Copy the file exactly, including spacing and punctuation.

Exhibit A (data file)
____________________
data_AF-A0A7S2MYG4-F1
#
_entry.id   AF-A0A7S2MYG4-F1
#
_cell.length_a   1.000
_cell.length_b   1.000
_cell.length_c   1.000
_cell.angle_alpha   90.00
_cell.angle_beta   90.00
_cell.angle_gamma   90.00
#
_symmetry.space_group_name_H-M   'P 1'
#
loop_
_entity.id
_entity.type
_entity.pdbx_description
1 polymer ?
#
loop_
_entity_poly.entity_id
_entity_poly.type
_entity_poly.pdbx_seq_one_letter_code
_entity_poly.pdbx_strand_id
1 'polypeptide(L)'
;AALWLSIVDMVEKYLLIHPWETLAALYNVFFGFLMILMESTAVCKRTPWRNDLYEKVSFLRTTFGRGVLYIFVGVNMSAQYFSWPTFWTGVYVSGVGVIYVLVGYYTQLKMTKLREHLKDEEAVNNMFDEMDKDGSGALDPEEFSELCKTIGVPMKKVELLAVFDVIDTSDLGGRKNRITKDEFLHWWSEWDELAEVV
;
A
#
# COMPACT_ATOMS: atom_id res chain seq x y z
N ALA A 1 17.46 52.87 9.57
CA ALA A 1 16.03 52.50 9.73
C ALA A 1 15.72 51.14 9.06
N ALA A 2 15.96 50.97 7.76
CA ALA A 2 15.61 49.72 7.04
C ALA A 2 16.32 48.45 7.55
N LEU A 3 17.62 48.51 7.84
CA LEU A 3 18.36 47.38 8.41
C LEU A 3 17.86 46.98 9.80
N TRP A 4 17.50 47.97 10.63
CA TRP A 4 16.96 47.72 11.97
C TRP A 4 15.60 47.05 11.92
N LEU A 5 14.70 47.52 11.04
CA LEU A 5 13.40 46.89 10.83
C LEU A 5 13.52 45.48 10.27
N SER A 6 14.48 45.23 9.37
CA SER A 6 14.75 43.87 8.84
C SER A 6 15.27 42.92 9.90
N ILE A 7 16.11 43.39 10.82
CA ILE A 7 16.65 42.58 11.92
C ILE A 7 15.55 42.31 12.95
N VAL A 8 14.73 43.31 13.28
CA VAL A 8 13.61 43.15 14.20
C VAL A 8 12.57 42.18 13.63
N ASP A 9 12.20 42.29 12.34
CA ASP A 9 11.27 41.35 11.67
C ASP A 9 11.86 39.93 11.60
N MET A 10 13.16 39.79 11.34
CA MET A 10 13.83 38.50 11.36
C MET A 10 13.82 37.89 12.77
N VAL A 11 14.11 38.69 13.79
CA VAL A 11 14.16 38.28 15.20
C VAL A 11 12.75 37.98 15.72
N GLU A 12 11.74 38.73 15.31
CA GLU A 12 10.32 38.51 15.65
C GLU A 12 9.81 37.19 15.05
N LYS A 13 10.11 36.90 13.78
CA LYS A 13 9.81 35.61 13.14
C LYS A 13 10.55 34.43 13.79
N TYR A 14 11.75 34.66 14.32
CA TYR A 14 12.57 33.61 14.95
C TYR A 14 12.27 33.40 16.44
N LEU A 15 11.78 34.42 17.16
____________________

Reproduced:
data_AF-A0A7S2MYG4-F1
#
_entry.id   AF-A0A7S2MYG4-F1
#
_cell.length_a   1.000
_cell.length_b   1.000
_cell.length_c   1.000
_cell.angle_alpha   90.00
_cell.angle_beta   90.00
_cell.angle_gamma   90.00
#
_symmetry.space_group_name_H-M   'P 1'
#
loop_
_entity.id
_entity.type
_entity.pdbx_description
1 polymer ?
#
loop_
_entity_poly.entity_id
_entity_poly.type
_entity_poly.pdbx_seq_one_letter_code
_entity_poly.pdbx_strand_id
1 'polypeptide(L)'
;AALWLSIVDMVEKYLLIHPWETLAALYNVFFGFLMILMESTAVCKRTPWRNDLYEKVSFLRTTFGRGVLYIFVGVNMSAQYFSWPTFWTGVYVSGVGVIYVLVGYYTQLKMTKLREHLKDEEAVNNMFDEMDKDGSGALDPEEFSELCKTIGVPMKKVELLAVFDVIDTSDLGGRKNRITKDEFLHWWSEWDELAEVV
;
A
#
# COMPACT_ATOMS: atom_id res chain seq x y z
N ALA A 1 17.46 52.87 9.57
CA ALA A 1 16.03 52.50 9.73
C ALA A 1 15.72 51.14 9.06
N ALA A 2 15.96 50.97 7.76
CA ALA A 2 15.61 49.72 7.04
C ALA A 2 16.32 48.45 7.55
N LEU A 3 17.62 48.51 7.84
CA LEU A 3 18.36 47.38 8.41
C LEU A 3 17.86 46.98 9.80
N TRP A 4 17.50 47.97 10.63
CA TRP A 4 16.96 47.72 11.97
C TRP A 4 15.60 47.05 11.92
N LEU A 5 14.70 47.52 11.04
CA LEU A 5 13.40 46.89 10.83
C LEU A 5 13.52 45.48 10.27
N SER A 6 14.48 45.23 9.37
CA SER A 6 14.75 43.87 8.84
C SER A 6 15.27 42.92 9.90
N ILE A 7 16.11 43.39 10.82
CA ILE A 7 16.65 42.58 11.92
C ILE A 7 15.55 42.31 12.95
N VAL A 8 14.73 43.31 13.28
CA VAL A 8 13.61 43.15 14.20
C VAL A 8 12.57 42.18 13.63
N ASP A 9 12.20 42.29 12.34
CA ASP A 9 11.27 41.35 11.67
C ASP A 9 11.86 39.93 11.60
N MET A 10 13.16 39.79 11.34
CA MET A 10 13.83 38.50 11.36
C MET A 10 13.82 37.89 12.77
N VAL A 11 14.11 38.69 13.79
CA VAL A 11 14.16 38.28 15.20
C VAL A 11 12.75 37.98 15.72
N GLU A 12 11.74 38.73 15.31
CA GLU A 12 10.32 38.51 15.65
C GLU A 12 9.81 37.19 15.05
N LYS A 13 10.11 36.90 13.78
CA LYS A 13 9.81 35.61 13.14
C LYS A 13 10.55 34.43 13.79
N TYR A 14 11.75 34.66 14.32
CA TYR A 14 12.57 33.61 14.95
C TYR A 14 12.27 33.40 16.44
N LEU A 15 11.78 34.42 17.16